Add tofu, broccoli, coconut milk and cilantro. Bring mixture to boil then back down to a simmer, leaving the lid ajar. You just want to cook it enough to get the broccoli tender (about 4- 5 minutes). Then, take it off the heat and let it sit for 10 minutes (if you can wait!) Check the seasoning and then dish over cooked Basmati rice and toss on some cilantro, if you please.

CurryBowl1I took down two of these bowls tonight.

Now, on to cheer on the Oregon Ducks to the first – ever – college football national championship victory!

Day eighteen of the vegan recipe challenge: brought to you by Michelle

Time is of the essence today. And, essentially, I don’t have time to pen a thoughtful post (or even a thoughtless one at that!). So, I’m inviting you to check out the recipes of my friend Michelle, who took her own vegan challenge in 2014. She is super talented, so I promise: you will NOT be disappointed with whatever dish(es) you opt to try in your own pursuits:

tofu scramble black beans green pepper cilantro corn tomatoesTofu scramble? Check!

Black Eye Pea Portobello Spinach Patties with Chipotle Pimento Cheese and Roasted Salsa Verde
Black Eye Pea Portobello Spinach Patties with Chipotle Pimento Cheese and Roasted Salsa Verde

Last, but not least for now, one of my new go-to salads:

Avocado, Corn, Tomato and Brussels Sprout SaladAvocado Corn Tomato Brussel Sprout Salad_2

Happy Friday, all! What vegan meals do you have planned for this weekend?

Day four of recipe challenge: cooking vegan does not need to be labor intensive

Let me say that again: Cooking vegan does not need to labor intensive.

It can be, sure. So can preparing countless other meals with animal product. But, there seems to be this mental barrier the general public associates with vegan cooking. “It must take you hours to finally eat!” Or course, that’s not when I’m eating another salad. Because that’s all vegans eat too, salads.

(Note: I am not knocking salads in the least. I quite like salads. But, I loathe the association that somehow that one particular dish sustains me for 365 days a year).

This recipe is going to have two-options (hooray! we love options, Katie). I’m giving you the “I need to make this in 15 minutes” option or the “Okay, I can take a little longer because I don’t believe in store-bought hummus.”

Option 1: Hummus & Tofu Wraps
Recipe notes that it makes 4 total wraps; depending on type of bread & how much tofu you put in each, I argue you could get more like 6 to 8 servings

For the tofu:
1 tablespoon toasted sesame oil
14 ounces extra-firm tofu, cut into 3/4 inch cubes
1/4 teaspoon salt

Remaining items:
Your favorite hummus (since the tofu is cooked in sesame oil, I would opt for a wasabi or edamame hummus, but even plain will be tasty!)
2 cups hearty sprouts, like broccoli or sunflower sprouts (we used pea shoots from Trader Joe’s)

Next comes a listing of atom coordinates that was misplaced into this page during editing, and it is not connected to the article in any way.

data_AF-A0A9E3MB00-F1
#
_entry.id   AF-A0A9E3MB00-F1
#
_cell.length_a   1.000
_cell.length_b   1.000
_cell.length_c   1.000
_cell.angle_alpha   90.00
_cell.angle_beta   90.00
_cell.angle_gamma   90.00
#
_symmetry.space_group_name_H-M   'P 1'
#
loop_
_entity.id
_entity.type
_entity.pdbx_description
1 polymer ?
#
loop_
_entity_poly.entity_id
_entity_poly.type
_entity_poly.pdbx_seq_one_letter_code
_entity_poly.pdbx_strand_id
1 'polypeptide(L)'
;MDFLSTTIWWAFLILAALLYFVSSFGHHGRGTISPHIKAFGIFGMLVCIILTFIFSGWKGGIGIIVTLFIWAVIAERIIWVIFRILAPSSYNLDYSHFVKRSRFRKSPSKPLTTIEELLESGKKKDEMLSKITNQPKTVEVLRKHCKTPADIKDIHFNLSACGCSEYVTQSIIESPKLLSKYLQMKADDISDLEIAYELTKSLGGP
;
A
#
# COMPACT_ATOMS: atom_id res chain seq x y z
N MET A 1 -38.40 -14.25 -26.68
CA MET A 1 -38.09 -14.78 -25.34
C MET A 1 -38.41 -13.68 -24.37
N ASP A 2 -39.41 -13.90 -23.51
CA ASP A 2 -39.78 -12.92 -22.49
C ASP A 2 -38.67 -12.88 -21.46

Whole-wheat wraps or pita pockets

Prepare the tofu:
You’ll need a cast-iron pan or something nonstick that can take very high heat. Preheat the pan over high heat. Once the pan is good and hot, add the sesame oil. Add the cubed tofu and sprinkle with salt. The tofu should immediately sizzle when it hits the hot oil; otherwise, turn the heat up. Cook for about 10 minutes, tossing often, until it’s nicely browned.

To assemble:
Spread hummus in pita/on wrap nice and thick. Add a handful of tofu cubes and a good bunch of sprouts. DIVE IN and enjoy!

Option 2: Edamame Hummus & Tofu Wraps
This is when YOU make the hummus, not someone else. You can find wasabi powder at your local Asian market or even a Whole Foods or Earth Fare. I would assume it would be less expensive at the Asian market.

For the tofu:
1 tablespoon toasted sesame oil
14 ounces extra-firm tofu, cut into 3/4 inch cubes
1/4 teaspoon salt
For the hummus:
2 cloves garlic
1 1/2 cups shelled frozen edamame, thawed completely
1/3 cup water, plus more as needed
1/4 cup fresh lemon juice
1/4 cup olive oil
1 1/2 tablespoons wasabi powder (see note)
1/2 teaspoon salt

For serving:
Whole-wheat wraps or pitas
2 cups hearty sprouts, like broccoli or sunflower sprouts (or peas shoots!)

Prepare the tofu:
You’ll need a cast-iron pan or something nonstick that can take very high heat. Preheat the pan over high heat. Once the pan is good and hot, add the sesame oil. Add the cubed tofu and sprinkle with salt. The tofu should immediately sizzle when it hits the hot oil; otherwise, turn the heat up. Cook for about 10 minutes, tossing often, until it’s nicely browned.

Prepare the hummus:
While the tofu is browning, start the hummus. pulse the garlic in a blender or food processor to chop it up a bit. Add the remaining hummus ingredients and puree until smooth, adding a little extra water as needed to thin. Taste for seasonings. Refrigerate in a tightly sealed container if not using immediately.

To assemble:
Spread hummus in pita/on wrap nice and thick. Add a handful of tofu cubes and a good bunch of sprouts. DIVE IN and enjoy!

The secret is: get that tofu nice and crisp:

TofuCubed for your pleasure.

Then, voila! Dinner/lunch/snack served:

pitasOh hai pea shoots, where have you been all my life?